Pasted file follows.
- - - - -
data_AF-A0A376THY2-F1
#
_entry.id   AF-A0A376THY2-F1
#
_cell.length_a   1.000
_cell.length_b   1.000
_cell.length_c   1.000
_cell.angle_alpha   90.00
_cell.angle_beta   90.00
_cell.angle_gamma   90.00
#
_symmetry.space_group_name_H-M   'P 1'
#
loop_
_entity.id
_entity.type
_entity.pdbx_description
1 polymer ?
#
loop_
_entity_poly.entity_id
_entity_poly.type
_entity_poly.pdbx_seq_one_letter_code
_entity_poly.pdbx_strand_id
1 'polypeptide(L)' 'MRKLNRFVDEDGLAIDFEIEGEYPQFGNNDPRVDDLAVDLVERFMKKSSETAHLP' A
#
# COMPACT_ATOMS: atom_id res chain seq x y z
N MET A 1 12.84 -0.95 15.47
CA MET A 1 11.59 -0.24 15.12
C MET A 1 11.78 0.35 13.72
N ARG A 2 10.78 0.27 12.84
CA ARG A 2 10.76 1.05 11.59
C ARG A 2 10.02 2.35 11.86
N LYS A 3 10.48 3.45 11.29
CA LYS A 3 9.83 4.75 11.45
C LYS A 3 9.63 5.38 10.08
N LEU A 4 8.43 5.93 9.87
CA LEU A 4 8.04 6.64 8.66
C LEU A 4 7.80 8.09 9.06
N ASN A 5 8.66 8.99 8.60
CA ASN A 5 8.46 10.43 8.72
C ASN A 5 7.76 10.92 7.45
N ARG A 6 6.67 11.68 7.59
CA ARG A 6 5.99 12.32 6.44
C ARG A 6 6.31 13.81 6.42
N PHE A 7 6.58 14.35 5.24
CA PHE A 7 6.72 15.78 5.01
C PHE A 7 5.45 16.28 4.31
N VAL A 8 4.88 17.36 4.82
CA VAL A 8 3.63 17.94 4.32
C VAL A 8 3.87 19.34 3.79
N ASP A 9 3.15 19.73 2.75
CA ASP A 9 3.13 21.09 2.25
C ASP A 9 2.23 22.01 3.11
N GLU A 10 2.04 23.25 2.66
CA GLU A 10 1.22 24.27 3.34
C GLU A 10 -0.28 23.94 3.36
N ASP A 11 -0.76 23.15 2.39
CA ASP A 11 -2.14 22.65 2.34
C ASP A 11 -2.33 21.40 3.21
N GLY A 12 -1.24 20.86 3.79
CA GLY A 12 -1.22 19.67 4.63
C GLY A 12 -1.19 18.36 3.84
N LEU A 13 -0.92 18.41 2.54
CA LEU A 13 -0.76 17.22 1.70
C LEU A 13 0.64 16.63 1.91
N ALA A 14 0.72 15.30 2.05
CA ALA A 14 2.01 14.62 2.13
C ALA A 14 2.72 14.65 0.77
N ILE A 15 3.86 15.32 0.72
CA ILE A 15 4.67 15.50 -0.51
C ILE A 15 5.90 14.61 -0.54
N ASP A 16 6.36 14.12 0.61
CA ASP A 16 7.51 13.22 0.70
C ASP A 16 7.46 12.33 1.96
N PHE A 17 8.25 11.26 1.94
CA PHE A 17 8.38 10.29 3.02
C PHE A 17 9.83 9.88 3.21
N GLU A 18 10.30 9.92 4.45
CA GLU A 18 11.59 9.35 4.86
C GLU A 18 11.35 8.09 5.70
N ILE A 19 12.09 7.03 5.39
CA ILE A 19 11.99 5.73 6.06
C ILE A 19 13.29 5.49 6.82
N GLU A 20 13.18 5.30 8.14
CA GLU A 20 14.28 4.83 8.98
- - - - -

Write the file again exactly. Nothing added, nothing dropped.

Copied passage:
data_AF-A0A376THY2-F1
#
_entry.id   AF-A0A376THY2-F1
#
_cell.length_a   1.000
_cell.length_b   1.000
_cell.length_c   1.000
_cell.angle_alpha   90.00
_cell.angle_beta   90.00
_cell.angle_gamma   90.00
#
_symmetry.space_group_name_H-M   'P 1'
#
loop_
_entity.id
_entity.type
_entity.pdbx_description
1 polymer ?
#
loop_
_entity_poly.entity_id
_entity_poly.type
_entity_poly.pdbx_seq_one_letter_code
_entity_poly.pdbx_strand_id
1 'polypeptide(L)' 'MRKLNRFVDEDGLAIDFEIEGEYPQFGNNDPRVDDLAVDLVERFMKKSSETAHLP' A
#
# COMPACT_ATOMS: atom_id res chain seq x y z
N MET A 1 12.84 -0.95 15.47
CA MET A 1 11.59 -0.24 15.12
C MET A 1 11.78 0.35 13.72
N ARG A 2 10.78 0.27 12.84
CA ARG A 2 10.76 1.05 11.59
C ARG A 2 10.02 2.35 11.86
N LYS A 3 10.48 3.45 11.29
CA LYS A 3 9.83 4.75 11.45
C LYS A 3 9.63 5.38 10.08
N LEU A 4 8.43 5.93 9.87
CA LEU A 4 8.04 6.64 8.66
C LEU A 4 7.80 8.09 9.06
N ASN A 5 8.66 8.99 8.60
CA ASN A 5 8.46 10.43 8.72
C ASN A 5 7.76 10.92 7.45
N ARG A 6 6.67 11.68 7.59
CA ARG A 6 5.99 12.32 6.44
C ARG A 6 6.31 13.81 6.42
N PHE A 7 6.58 14.35 5.24
CA PHE A 7 6.72 15.78 5.01
C PHE A 7 5.45 16.28 4.31
N VAL A 8 4.88 17.36 4.82
CA VAL A 8 3.63 17.94 4.32
C VAL A 8 3.87 19.34 3.79
N ASP A 9 3.15 19.73 2.75
CA ASP A 9 3.13 21.09 2.25
C ASP A 9 2.23 22.01 3.11
N GLU A 10 2.04 23.25 2.66
CA GLU A 10 1.22 24.27 3.34
C GLU A 10 -0.28 23.94 3.36
N ASP A 11 -0.76 23.15 2.39
CA ASP A 11 -2.14 22.65 2.34
C ASP A 11 -2.33 21.40 3.21
N GLY A 12 -1.24 20.86 3.79
CA GLY A 12 -1.22 19.67 4.63
C GLY A 12 -1.19 18.36 3.84
N LEU A 13 -0.92 18.41 2.54
CA LEU A 13 -0.76 17.22 1.70
C LEU A 13 0.64 16.63 1.91
N ALA A 14 0.72 15.30 2.05
CA ALA A 14 2.01 14.62 2.13
C ALA A 14 2.72 14.65 0.77
N ILE A 15 3.86 15.32 0.72
CA ILE A 15 4.67 15.50 -0.51
C ILE A 15 5.90 14.61 -0.54
N ASP A 16 6.36 14.12 0.61
CA ASP A 16 7.51 13.22 0.70
C ASP A 16 7.46 12.33 1.96
N PHE A 17 8.25 11.26 1.94
CA PHE A 17 8.38 10.29 3.02
C PHE A 17 9.83 9.88 3.21
N GLU A 18 10.30 9.92 4.45
CA GLU A 18 11.59 9.35 4.86
C GLU A 18 11.35 8.09 5.70
N ILE A 19 12.09 7.03 5.39
CA ILE A 19 11.99 5.73 6.06
C ILE A 19 13.29 5.49 6.82
N GLU A 20 13.18 5.30 8.14
CA GLU A 20 14.28 4.83 8.98